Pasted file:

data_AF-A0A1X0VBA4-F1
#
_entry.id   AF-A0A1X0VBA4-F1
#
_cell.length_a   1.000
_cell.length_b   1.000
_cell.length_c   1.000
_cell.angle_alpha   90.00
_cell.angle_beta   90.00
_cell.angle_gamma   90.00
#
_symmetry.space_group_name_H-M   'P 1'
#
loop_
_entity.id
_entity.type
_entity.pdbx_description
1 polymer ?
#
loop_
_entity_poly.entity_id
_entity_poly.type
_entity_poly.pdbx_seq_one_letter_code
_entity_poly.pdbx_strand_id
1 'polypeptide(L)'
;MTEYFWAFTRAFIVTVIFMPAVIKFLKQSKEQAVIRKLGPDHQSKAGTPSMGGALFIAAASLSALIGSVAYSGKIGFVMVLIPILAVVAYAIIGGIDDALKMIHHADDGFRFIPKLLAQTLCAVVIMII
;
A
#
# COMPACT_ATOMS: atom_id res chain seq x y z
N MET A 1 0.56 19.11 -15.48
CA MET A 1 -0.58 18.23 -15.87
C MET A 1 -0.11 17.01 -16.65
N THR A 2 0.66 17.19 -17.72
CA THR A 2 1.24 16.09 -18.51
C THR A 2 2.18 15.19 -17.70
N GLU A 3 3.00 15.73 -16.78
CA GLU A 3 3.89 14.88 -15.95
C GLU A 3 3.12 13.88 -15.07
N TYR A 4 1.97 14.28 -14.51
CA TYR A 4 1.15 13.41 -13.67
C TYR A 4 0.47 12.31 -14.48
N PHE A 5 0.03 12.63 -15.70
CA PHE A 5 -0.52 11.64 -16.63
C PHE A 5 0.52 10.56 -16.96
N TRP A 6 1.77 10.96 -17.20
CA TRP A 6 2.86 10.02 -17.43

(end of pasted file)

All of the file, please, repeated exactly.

data_AF-A0A1X0VBA4-F1
#
_entry.id   AF-A0A1X0VBA4-F1
#
_cell.length_a   1.000
_cell.length_b   1.000
_cell.length_c   1.000
_cell.angle_alpha   90.00
_cell.angle_beta   90.00
_cell.angle_gamma   90.00
#
_symmetry.space_group_name_H-M   'P 1'
#
loop_
_entity.id
_entity.type
_entity.pdbx_description
1 polymer ?
#
loop_
_entity_poly.entity_id
_entity_poly.type
_entity_poly.pdbx_seq_one_letter_code
_entity_poly.pdbx_strand_id
1 'polypeptide(L)'
;MTEYFWAFTRAFIVTVIFMPAVIKFLKQSKEQAVIRKLGPDHQSKAGTPSMGGALFIAAASLSALIGSVAYSGKIGFVMVLIPILAVVAYAIIGGIDDALKMIHHADDGFRFIPKLLAQTLCAVVIMII
;
A
#
# COMPACT_ATOMS: atom_id res chain seq x y z
N MET A 1 0.56 19.11 -15.48
CA MET A 1 -0.58 18.23 -15.87
C MET A 1 -0.11 17.01 -16.65
N THR A 2 0.66 17.19 -17.72
CA THR A 2 1.24 16.09 -18.51
C THR A 2 2.18 15.19 -17.70
N GLU A 3 3.00 15.73 -16.78
CA GLU A 3 3.89 14.88 -15.95
C GLU A 3 3.12 13.88 -15.07
N TYR A 4 1.97 14.28 -14.51
CA TYR A 4 1.15 13.41 -13.67
C TYR A 4 0.47 12.31 -14.48
N PHE A 5 0.03 12.63 -15.70
CA PHE A 5 -0.52 11.64 -16.63
C PHE A 5 0.52 10.56 -16.96
N TRP A 6 1.77 10.96 -17.20
CA TRP A 6 2.86 10.02 -17.43